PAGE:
A tasting of earlier vintages – 2014, 2010, 2005, 2004 and 1992 – showed how this wine evolves. The green-yellow colour remains consistent, a feature of Verdicchio. The 1992 was a glorious experience and shows how well Verdicchio ages. It was still fresh and zesty and could have been mistaken for a much younger wine based on the colour though the intense aromas and flavours showed the beauty that comes with age.
Local laws permit yields of 13 tonnes to the hectare, but Villa Bucci only picks about half that amount per hectare, which contributes to the quality of their wines.
Brunori is another family-run organic estate that focuses on quality Verdicchio. The estate is near the village of San Paolo near Jesi in the Verdicchio dei Castelli di Jesi Classico region. It has 6.5 hectares of vines, and all grapes are picked by hand. Mario Brunori founded the property in 1956 and it is currently run by his grand-children Cristina and Carlo, guided by Mario’s son Giorgio.
Cristina is the winemaker and Carlo the agronomist. Both are sommeliers and Carlo also manages a wine shop in Jesi. Average production is about 40,000 bottles a year.
Their flagship wines are the San Nicolo Superiore and the San Nicolo Riserva – the wines named for a specific plot in the San Nicolo hamlet. The former has been produced since 1975 and the 2017, the current vintage, is elegant yet powerful. The riserva, only made in great years, was first produced in 2006 to mark the estate’s 50th anniversary. The 2016 has the classic bitter almond taste of great Verdicchio combined with zesty lime flavours plus profound length.
They make a nice red wine known as Aborada from the Lacrima di Morro d`Alba grape. The 2016 offers a sweet perfume of violets and roses, with sour cherry notes on the palate and a refreshing acid zing. Brunori also makes a local speciality, a liqueur known as Finocchi produced by macerating cherries in Sangiovese and Montepulciano. It tastes of sour cherries with some residual sweetness, and is delightful at the end of a meal.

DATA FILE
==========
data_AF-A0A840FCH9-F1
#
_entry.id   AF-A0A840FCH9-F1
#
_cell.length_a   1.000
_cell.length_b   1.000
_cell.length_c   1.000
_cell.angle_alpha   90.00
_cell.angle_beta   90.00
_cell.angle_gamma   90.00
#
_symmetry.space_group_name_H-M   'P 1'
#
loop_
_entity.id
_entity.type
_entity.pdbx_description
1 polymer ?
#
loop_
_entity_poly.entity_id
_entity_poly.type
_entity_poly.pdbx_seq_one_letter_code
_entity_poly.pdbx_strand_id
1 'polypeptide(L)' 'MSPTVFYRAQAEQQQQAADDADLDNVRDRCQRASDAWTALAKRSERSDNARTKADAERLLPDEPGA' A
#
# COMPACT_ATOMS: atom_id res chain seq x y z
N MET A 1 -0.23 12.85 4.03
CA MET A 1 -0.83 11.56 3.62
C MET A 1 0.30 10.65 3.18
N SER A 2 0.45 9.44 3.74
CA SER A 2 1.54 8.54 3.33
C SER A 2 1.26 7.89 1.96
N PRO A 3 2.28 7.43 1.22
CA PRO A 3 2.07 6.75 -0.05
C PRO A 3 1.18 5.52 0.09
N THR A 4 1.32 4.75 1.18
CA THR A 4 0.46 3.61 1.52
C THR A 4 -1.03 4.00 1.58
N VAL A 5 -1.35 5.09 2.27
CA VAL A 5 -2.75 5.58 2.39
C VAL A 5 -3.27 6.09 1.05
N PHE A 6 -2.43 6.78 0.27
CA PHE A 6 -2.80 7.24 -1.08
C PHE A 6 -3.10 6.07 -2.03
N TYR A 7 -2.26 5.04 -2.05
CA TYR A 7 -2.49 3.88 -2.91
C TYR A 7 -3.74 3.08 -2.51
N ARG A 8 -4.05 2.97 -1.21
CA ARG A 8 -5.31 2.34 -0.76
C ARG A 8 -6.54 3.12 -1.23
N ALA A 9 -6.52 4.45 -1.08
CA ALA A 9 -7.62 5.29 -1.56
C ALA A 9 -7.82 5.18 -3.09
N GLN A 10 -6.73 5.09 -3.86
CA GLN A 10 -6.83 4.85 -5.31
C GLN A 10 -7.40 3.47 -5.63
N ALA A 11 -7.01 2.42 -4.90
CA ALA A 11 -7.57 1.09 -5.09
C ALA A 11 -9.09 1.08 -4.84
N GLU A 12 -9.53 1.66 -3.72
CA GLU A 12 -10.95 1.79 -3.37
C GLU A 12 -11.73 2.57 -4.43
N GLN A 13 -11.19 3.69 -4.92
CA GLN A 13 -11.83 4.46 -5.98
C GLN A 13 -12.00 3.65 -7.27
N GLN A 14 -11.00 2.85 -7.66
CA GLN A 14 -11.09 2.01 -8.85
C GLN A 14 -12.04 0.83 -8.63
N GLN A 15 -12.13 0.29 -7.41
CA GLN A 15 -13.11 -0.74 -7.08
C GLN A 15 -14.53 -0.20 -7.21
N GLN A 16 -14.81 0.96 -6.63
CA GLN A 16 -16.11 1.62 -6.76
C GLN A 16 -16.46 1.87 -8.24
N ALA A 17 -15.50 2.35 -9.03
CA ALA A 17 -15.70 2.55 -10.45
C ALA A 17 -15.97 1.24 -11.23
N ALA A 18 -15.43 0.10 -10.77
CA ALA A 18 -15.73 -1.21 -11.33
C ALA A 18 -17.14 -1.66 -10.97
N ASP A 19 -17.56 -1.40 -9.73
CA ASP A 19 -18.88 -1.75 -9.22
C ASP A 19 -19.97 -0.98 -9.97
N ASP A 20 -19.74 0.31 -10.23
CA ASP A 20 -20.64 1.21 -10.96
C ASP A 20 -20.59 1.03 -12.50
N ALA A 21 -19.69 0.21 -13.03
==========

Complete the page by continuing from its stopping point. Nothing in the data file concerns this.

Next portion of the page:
The Colonnara co-operative is located near the town of Cupramontana, regarded by some as the world capital of Verdicchio. Colonnara is much larger than Brunori, making about 400,000 bottles a year compared with 40,000 at Brunori. The co-operative has 150 members and produced its first wines in 1963. They make a delightful champagne-method sparkling from Verdicchio that spends 60 months on the lees.
But it is their dry Verdicchio wines that sing sweetly. Grapes for the classy Cuapro come only from member estates that are organic. Its name is an amalgam of the first two letters of Cupramontana, Apiro and Rosara – the last two words referring to specific terroir in the area.
Colonnara provided Verdicchio from 2015, 2003 and 1988 to show how their wines evolve. Even with the 1988 the colour was almost unchanged from a young wine, but the flavours were remarkable. Think unfiltered honey on toast with a dribble of lemon juice. It is like tasting honey that contains beeswax, which gives a waxy chewiness to the wine. Old Verdicchio is such a delight. Drinking it truly reflects the rewards of patience. Wines were tasted in a new museum in Cupramontana, Museo dell Etichetta, which had a fascinating display of wine labels from several decades.
Disclosure: Stephen Quinn was a guest of Marchet, the marketing arm of the Ancona chamber of commerce, which provided meals and accommodation.